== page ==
I'm afraid I don't have any pretty pictures to share at the moment, so this screenshot from a video project I'm working on will have to do for now. Look! You can see the milky way! After making some small modifications to my insulated camera enclosure and tricking my Nikon's built-in intervalometer into taking more than 999 pictures, I'm seeing how far I can push my setup. So far, I can manage a bit over five hours at -90. The cold days tend to be the clear ones, so that's when I need to be able to shoot.
It's starting to get really, truly dark now. There's a very faint glow on the horizon if it's a clear day, but if it's overcast or windy (and the two do tend to go together) it can start to get a bit sketchy outside. Just a few days ago the snow was blowing so hard that between that and the exhaust from the LMC I was driving I couldn't see more than a few feet in front of me. I was trying to head out to a building parked at the edge of the operations sector, and ended up in completely the wrong place. I didn't even realize that I was more than a quarter mile from my intended destination until I saw the lights on the water well building. All I could see was that I was still on groomed ground. It gets worse in heavier machines. An LMC off of the hard-packed snow roads floats along happily, but a track loader will sink up to the frame rails and get completely stuck. This is always in my head when I drive out to the dark sector to fuel the labs on bad-weather days. It's not a fun time getting stuck.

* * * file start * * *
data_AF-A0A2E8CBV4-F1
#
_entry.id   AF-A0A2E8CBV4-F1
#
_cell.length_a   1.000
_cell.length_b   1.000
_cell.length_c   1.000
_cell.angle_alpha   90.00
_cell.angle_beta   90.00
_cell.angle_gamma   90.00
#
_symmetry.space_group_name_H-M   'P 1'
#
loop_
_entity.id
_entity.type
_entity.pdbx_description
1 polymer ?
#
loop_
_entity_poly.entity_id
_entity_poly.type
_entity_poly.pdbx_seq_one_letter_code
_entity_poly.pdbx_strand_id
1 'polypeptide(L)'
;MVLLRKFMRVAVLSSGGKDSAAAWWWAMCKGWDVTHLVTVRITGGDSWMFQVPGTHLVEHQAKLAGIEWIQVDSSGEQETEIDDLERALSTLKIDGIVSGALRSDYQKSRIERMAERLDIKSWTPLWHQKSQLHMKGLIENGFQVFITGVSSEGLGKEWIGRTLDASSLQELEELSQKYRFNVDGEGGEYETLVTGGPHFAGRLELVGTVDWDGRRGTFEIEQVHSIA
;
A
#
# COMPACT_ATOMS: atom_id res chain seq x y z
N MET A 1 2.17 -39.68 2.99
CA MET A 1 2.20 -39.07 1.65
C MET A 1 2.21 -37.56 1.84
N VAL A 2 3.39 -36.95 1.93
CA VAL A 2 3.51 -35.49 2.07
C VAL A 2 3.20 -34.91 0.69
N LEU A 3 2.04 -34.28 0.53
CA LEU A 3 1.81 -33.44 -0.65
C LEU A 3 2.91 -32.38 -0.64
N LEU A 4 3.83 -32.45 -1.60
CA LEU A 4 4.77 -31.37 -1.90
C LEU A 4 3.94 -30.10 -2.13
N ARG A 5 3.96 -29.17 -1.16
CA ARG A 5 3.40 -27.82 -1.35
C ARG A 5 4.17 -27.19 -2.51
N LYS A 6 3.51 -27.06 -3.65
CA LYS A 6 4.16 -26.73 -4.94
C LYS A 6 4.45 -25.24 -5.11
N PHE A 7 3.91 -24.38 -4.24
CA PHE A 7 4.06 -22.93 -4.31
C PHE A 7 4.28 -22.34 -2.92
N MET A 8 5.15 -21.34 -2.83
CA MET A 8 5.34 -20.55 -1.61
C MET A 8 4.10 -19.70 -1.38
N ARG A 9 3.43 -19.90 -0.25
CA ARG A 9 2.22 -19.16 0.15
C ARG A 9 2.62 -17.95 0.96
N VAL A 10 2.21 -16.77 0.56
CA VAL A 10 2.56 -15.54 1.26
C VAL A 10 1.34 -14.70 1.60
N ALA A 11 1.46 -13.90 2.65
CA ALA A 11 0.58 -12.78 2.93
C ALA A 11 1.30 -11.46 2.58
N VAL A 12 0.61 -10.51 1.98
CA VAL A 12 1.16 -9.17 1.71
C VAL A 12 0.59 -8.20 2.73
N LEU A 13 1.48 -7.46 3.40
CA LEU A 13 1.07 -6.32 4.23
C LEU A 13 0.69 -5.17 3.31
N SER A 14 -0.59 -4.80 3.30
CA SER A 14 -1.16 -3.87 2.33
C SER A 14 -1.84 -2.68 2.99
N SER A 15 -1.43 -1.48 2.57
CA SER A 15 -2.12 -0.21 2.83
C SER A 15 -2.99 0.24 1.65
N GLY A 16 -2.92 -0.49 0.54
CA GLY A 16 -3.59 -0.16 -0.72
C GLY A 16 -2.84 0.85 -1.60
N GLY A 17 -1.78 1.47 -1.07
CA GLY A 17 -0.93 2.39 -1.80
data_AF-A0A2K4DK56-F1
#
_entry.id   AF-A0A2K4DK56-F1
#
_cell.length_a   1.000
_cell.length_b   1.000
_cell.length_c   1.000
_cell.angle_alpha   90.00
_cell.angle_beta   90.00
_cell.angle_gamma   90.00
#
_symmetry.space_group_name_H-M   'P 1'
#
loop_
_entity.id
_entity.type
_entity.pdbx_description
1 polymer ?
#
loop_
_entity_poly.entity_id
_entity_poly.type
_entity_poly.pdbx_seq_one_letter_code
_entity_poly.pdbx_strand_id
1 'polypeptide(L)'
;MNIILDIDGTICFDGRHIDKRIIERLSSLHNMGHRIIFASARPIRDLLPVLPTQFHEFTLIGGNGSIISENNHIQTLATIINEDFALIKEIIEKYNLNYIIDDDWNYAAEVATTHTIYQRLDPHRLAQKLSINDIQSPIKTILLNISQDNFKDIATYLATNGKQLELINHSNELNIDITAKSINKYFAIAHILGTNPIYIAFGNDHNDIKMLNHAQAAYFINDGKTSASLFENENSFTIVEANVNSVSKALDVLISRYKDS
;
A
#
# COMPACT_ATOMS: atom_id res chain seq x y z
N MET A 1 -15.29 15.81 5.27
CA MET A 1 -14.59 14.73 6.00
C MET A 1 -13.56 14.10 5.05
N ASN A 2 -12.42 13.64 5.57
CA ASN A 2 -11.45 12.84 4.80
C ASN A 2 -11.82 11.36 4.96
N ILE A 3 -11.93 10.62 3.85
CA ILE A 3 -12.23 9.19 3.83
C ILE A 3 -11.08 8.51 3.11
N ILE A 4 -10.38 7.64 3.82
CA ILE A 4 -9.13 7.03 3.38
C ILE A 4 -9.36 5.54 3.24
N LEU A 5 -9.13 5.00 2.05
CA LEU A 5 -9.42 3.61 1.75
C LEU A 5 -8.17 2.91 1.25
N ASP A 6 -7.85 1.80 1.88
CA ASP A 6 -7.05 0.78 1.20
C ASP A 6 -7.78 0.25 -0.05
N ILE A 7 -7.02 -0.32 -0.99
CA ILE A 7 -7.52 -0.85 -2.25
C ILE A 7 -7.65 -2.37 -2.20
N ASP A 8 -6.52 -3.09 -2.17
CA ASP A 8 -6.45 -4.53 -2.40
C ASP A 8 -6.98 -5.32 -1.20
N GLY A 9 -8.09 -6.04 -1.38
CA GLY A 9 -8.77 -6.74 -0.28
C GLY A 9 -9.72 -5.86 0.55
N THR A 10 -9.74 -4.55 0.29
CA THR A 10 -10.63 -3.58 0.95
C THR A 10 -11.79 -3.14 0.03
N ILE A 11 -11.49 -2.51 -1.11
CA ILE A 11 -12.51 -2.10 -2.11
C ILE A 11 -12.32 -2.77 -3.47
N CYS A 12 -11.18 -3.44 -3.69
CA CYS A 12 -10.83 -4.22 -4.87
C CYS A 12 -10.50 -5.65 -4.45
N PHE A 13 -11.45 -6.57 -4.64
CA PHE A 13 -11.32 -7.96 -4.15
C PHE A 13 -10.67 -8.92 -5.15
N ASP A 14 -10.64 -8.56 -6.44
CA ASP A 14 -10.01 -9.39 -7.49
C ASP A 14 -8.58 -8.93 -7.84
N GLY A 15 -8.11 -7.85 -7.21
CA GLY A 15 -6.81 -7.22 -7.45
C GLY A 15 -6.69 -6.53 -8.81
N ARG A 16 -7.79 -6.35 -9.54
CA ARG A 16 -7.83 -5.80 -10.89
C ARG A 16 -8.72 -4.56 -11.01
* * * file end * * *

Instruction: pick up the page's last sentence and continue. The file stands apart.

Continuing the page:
Just don't ask me how I know.